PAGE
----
|Zuul e6396b97e8||3 years ago|
|doc||3 years ago|
|etc||3 years ago|
|playbooks||3 years ago|
|tests||3 years ago|
|tools||3 years ago|
|web||3 years ago|
|zuul||3 years ago|
|.babelrc||3 years ago|
|.eslintrc||3 years ago|
|.gitignore||3 years ago|
|.gitreview||9 years ago|
|.mailmap||9 years ago|
|.testr.conf||4 years ago|
|.zuul.yaml||3 years ago|
|LICENSE||9 years ago|
|MANIFEST.in||3 years ago|
|NEWS.rst||6 years ago|
|README.rst||3 years ago|
|TESTING.rst||3 years ago|
|bindep.txt||3 years ago|
|package.json||3 years ago|
|requirements.txt||3 years ago|
|setup.cfg||3 years ago|
|setup.py||8 years ago|
|test-requirements.txt||3 years ago|
|tox.ini||3 years ago|
|webpack.config.js||3 years ago|
|yarn.lock||3 years ago|
Zuul is a project gating system developed for the OpenStack Project.
We are currently engaged in a significant development effort in preparation for the third major version of Zuul. We call this effort Zuul v3 and it is described in more detail below.
The latest documentation for Zuul v3 is published at: https://docs.openstack.org/infra/zuul/
If you are looking for the Edge routing service named Zuul that is related to Netflix, it can be found here: https://github.com/Netflix/zuul
We are currently engaged in a significant development effort in preparation for the third major version of Zuul. We call this effort Zuul v3.
To browse the latest code, see: https://git.openstack.org/cgit/openstack-infra/zuul/tree/ To clone the latest code, use git clone git://git.openstack.org/openstack-infra/zuul
Bugs are handled at: https://storyboard.openstack.org/#!/project/679
Code reviews are, as you might expect, handled by gerrit at https://review.openstack.org
Use git review to submit patches (after creating a Gerrit account that links to your launchpad account). Example:
# Do your commits $ git review # Enter your username if prompted
The Zuul v3 effort involves significant changes to Zuul, and its companion program, Nodepool. The intent is for Zuul to become more generally useful outside of the OpenStack community. This is the best way to get started with this effort:
Read the Zuul v3 spec: http://specs.openstack.org/openstack-infra/infra-specs/specs/zuulv3.html
We use specification documents like this to describe large efforts where we want to make sure that all the participants are in agreement about what will happen and generally how before starting development. These specs should contain enough information for people to evaluate the proposal generally, and sometimes include specific details that need to be agreed upon in advance. They are living documents which can change as work gets underway. However, every change or detail does not need to be reflected in the spec --most work is simply done with patches (and revised if necessary in code review).
Review any proposed updates to these specs: https://review.openstack.org/#/q/status:open+project:openstack-infra/infra-specs+topic:zuulv3
Some of the information in the specs may be effectively superceded by changes here, which are still undergoing review.
Read developer documentation on the internal data model and testing: http://docs.openstack.org/infra/zuul/developer.html
The general philosophy for Zuul tests is to perform functional testing of either the individual component or the entire end-to-end system with external systems (such as Gerrit) replaced with fakes. Before adding additional unit tests with a narrower focus, consider whether they add value to this system or are merely duplicative of functional tests.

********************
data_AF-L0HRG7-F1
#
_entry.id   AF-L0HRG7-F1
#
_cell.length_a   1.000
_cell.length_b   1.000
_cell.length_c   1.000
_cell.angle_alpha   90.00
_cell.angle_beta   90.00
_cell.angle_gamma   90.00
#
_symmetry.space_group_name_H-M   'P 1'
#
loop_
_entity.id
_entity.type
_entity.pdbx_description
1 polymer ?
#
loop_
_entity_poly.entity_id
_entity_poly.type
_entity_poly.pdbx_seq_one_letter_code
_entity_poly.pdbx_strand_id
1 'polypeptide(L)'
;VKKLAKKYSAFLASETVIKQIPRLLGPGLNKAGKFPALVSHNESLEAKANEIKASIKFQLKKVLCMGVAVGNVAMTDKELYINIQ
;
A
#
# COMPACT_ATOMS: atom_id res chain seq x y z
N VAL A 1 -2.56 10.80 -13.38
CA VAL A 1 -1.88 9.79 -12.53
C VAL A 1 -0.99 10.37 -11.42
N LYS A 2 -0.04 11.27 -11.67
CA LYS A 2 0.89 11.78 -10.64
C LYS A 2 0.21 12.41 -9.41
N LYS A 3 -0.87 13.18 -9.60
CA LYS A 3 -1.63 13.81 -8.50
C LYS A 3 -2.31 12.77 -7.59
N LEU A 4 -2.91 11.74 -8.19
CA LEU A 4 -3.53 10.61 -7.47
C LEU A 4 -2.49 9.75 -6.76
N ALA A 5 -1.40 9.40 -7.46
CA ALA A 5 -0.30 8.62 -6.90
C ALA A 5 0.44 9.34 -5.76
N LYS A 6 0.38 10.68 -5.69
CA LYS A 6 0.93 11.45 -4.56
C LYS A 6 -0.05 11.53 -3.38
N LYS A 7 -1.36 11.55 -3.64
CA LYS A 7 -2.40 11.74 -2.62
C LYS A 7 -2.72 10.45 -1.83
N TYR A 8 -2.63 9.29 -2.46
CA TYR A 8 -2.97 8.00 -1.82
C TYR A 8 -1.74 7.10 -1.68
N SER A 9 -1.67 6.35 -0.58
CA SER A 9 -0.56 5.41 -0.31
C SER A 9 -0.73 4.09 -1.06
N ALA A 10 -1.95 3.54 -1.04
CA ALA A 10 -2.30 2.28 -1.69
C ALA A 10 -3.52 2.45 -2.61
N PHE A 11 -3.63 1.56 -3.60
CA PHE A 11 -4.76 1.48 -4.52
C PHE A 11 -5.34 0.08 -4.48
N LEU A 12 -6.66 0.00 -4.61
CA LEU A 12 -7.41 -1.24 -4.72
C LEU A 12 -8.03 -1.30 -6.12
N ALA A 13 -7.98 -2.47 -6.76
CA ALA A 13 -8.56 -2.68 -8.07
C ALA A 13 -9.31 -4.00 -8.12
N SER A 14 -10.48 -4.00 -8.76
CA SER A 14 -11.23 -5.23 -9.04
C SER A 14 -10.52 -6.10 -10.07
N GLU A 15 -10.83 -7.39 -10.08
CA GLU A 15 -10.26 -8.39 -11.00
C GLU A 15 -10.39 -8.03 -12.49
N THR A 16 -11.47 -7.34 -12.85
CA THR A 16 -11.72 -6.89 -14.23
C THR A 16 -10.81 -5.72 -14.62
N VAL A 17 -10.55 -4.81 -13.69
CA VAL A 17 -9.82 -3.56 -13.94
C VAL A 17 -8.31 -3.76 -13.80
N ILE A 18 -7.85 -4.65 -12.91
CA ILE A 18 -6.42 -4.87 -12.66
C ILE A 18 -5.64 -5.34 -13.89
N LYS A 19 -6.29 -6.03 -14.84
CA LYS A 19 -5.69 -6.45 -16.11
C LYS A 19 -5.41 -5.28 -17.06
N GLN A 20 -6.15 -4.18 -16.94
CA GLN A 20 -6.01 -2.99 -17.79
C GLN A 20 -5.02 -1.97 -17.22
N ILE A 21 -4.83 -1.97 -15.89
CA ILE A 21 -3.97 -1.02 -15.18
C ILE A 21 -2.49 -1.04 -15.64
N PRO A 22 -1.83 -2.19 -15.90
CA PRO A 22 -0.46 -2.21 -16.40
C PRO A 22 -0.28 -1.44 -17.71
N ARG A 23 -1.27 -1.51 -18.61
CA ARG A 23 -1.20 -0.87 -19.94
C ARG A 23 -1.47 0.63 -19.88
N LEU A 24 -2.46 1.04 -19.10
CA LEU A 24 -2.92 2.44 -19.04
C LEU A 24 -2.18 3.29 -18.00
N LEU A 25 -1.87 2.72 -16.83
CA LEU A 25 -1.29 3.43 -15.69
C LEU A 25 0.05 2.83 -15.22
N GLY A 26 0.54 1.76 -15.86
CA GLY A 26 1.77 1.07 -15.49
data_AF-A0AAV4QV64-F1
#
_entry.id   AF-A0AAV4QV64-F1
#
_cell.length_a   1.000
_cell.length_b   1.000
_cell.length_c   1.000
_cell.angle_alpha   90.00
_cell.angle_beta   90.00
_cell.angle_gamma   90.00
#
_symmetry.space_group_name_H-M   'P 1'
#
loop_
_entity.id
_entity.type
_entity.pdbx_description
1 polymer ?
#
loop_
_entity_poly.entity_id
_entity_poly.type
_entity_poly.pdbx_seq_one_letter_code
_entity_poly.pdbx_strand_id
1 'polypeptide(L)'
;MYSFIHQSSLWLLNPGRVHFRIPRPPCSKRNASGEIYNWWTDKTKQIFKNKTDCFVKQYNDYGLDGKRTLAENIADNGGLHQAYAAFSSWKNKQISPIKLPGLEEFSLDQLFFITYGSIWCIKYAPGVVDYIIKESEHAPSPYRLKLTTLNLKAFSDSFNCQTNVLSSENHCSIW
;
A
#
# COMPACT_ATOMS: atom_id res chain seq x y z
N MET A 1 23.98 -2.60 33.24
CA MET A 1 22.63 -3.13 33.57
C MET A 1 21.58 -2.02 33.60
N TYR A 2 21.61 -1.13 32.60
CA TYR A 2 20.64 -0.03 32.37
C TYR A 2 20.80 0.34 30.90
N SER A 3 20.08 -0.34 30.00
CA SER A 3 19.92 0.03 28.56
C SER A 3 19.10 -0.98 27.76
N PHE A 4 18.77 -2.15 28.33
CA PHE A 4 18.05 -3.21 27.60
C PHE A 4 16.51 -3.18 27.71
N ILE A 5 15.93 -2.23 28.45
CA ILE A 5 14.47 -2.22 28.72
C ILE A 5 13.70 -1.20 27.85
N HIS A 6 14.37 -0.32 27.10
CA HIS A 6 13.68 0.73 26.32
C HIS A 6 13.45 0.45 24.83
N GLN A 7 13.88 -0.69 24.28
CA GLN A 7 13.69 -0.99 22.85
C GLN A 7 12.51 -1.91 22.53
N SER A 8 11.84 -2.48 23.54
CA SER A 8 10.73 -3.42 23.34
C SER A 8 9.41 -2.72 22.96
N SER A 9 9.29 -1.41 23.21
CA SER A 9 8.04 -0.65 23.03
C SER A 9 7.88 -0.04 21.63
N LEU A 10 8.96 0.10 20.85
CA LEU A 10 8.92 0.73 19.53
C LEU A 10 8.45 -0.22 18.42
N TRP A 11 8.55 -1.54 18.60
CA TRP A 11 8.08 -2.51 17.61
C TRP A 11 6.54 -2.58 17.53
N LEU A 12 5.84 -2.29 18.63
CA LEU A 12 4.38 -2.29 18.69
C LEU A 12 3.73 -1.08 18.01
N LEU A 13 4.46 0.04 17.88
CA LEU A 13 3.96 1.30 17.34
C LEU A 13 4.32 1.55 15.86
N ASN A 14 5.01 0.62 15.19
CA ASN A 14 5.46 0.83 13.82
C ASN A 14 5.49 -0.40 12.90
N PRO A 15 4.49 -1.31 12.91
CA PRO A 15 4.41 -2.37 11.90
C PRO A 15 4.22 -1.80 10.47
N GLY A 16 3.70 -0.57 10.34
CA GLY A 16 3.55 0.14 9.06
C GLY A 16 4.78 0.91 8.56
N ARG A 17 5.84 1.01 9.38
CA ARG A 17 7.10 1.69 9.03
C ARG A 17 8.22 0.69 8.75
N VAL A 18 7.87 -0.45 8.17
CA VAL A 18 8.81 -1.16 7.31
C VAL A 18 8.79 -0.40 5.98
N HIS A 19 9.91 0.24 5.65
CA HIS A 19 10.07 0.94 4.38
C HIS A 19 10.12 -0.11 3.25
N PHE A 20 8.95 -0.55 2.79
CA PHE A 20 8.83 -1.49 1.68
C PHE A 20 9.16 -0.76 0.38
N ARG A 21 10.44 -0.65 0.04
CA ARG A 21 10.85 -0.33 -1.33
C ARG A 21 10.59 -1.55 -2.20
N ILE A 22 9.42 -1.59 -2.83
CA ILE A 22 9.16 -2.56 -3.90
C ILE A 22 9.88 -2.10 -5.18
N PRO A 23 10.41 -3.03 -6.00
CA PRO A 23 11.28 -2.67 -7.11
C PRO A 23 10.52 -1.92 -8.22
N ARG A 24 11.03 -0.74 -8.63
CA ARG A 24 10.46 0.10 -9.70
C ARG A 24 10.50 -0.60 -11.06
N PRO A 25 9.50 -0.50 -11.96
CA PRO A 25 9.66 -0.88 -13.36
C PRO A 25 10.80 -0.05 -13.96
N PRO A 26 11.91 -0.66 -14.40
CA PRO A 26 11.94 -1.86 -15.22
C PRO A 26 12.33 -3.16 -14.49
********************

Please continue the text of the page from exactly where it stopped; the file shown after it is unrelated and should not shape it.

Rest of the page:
Review open changes: https://review.openstack.org/#/q/status:open
We find that the most valuable code reviews are ones that spot problems with the proposed change, or raise questions about how that might affect other systems or subsequent work. It is also a great way to stay involved as a team in work performed by others (for instance, by observing and asking questions about development while it is in progress). We try not to sweat the small things and don't worry too much about style suggestions or other nitpicky things (unless they are relevant -- for instance, a -1 vote on a change that introduces a yaml change out of character with existing conventions is useful because it makes the system more user-friendly; a -1 vote on a change which uses a sub-optimal line breaking strategy is probably not the best use of anyone's time).
Check storyboard for status of current work items: https://storyboard.openstack.org/#!/board/41
Work items tagged with
low-hanging-fruit are tasks that have been identified as not requiring an expansive knowledge of the system. They may still require either some knowledge or investigation into a specific area, but should be suitable for a developer who is becoming acquainted with the system. Those items can be found at: https://storyboard.openstack.org/#!/story/list?tags=low-hanging-fruit&tags=zuulv3
Once you are up to speed on those items, it will be helpful to know the following:
Because of the importance of external systems, as well as the number of internal Zuul components, actually running Zuul in a development mode quickly becomes unweildy (imagine uploading changes to Gerrit repeatedly while altering Zuul source code). Instead, the best way to develop with Zuul is in fact to write a functional test. Construct a test to fully simulate the series of events you want to see, then run it in the foreground. For example:
.tox/py27/bin/python -m testtools.run tests.unit.test_scheduler.TestScheduler.test_jobs_executed
See TESTING.rst for more information.
Zuul v3 requires Python 3. It does not support Python 2.
As Ansible is used for the execution of jobs, it's important to note that while Ansible does support Python 3, not all of Ansible's modules do. Zuul currently sets
ansible_python_interpreter to python2 so that remote content will be executed with Python2.